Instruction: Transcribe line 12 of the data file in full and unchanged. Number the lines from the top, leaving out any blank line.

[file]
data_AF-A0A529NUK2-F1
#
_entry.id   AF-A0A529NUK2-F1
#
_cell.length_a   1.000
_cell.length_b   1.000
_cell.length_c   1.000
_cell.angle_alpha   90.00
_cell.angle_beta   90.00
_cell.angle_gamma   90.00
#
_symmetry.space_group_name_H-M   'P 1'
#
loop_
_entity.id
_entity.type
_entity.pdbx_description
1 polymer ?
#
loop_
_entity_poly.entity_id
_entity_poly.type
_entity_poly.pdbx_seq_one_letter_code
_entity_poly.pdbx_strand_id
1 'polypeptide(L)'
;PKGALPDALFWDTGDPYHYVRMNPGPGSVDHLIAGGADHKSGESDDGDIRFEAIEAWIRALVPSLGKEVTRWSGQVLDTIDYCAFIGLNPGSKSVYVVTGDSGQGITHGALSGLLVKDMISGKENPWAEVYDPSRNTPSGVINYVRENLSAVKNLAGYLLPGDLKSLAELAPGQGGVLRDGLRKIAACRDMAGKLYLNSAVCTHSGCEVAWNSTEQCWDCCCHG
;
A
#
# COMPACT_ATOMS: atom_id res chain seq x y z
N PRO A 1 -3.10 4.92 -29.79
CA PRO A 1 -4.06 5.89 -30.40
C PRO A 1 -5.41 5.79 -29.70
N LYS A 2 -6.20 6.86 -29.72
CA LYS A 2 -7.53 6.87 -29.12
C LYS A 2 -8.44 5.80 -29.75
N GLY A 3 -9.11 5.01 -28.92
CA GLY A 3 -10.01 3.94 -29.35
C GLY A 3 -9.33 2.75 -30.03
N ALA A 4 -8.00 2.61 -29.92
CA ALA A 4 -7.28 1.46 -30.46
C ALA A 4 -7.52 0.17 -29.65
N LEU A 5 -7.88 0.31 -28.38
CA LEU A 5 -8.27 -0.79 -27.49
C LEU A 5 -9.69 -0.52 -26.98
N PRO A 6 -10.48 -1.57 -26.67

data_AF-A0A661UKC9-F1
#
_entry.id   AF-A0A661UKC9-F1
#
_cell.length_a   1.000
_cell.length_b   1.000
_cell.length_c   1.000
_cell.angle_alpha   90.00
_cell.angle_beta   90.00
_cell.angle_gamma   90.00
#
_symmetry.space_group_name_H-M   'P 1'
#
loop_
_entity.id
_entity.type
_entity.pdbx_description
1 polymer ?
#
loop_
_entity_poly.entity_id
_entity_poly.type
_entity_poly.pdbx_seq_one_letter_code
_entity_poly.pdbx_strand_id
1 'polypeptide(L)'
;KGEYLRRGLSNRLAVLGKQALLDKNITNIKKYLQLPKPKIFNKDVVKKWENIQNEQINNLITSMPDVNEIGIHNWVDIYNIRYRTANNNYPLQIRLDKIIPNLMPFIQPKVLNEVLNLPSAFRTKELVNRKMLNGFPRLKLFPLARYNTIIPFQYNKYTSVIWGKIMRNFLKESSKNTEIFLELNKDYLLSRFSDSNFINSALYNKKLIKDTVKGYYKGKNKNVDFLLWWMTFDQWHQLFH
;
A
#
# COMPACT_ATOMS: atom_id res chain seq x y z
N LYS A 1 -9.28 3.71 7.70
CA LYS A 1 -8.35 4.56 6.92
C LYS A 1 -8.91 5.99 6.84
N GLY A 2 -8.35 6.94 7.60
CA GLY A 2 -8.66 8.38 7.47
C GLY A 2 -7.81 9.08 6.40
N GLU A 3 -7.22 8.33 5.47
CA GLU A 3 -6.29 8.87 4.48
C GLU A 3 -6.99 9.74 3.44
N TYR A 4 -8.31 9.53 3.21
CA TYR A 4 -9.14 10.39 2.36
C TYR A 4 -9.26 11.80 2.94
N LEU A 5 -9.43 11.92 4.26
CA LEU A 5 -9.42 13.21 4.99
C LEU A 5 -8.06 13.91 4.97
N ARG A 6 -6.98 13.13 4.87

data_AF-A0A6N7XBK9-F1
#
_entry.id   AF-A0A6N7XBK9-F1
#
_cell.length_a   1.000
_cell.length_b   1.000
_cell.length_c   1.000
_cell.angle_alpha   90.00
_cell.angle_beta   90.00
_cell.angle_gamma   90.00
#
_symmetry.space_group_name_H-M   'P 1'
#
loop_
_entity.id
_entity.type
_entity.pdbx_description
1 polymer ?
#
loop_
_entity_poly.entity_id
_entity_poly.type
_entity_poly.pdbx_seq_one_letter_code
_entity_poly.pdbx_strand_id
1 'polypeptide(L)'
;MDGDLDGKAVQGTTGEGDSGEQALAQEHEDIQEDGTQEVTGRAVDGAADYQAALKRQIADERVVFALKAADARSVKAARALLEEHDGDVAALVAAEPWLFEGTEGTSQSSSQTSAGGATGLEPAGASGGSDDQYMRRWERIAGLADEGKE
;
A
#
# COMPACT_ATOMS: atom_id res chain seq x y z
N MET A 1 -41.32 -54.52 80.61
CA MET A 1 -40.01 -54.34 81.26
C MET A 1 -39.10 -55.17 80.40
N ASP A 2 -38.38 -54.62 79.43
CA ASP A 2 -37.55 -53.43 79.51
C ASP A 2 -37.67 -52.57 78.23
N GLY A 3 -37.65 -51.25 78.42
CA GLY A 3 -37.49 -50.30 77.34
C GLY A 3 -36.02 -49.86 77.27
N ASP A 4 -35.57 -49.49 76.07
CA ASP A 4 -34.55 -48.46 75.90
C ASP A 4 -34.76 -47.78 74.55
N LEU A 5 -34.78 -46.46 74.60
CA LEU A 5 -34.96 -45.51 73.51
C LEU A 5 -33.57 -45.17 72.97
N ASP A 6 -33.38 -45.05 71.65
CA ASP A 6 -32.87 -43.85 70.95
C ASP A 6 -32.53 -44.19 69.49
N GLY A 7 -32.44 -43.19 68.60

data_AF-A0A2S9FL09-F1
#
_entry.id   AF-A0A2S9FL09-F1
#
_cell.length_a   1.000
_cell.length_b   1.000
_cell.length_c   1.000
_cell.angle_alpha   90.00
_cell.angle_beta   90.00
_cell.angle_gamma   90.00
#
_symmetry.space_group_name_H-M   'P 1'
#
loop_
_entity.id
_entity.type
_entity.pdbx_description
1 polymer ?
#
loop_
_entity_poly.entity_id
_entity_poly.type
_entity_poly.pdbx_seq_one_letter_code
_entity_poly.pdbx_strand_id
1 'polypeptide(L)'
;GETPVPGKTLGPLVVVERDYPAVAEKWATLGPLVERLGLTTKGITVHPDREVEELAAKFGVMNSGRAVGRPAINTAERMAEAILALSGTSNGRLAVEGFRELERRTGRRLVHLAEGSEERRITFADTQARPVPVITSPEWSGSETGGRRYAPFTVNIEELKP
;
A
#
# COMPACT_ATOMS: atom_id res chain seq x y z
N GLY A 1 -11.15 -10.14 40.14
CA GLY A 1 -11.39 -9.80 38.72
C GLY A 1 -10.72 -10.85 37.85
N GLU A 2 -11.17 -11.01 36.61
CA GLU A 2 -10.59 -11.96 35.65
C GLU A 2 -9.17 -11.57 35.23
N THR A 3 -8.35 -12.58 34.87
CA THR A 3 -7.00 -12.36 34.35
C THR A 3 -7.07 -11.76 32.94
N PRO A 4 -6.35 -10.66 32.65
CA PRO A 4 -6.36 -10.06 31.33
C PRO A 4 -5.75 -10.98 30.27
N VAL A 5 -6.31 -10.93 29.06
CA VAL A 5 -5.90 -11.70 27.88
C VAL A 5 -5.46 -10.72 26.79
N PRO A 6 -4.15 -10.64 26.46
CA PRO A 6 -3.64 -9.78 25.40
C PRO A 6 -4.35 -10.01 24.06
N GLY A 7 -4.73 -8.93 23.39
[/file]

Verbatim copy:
_symmetry.space_group_name_H-M   'P 1'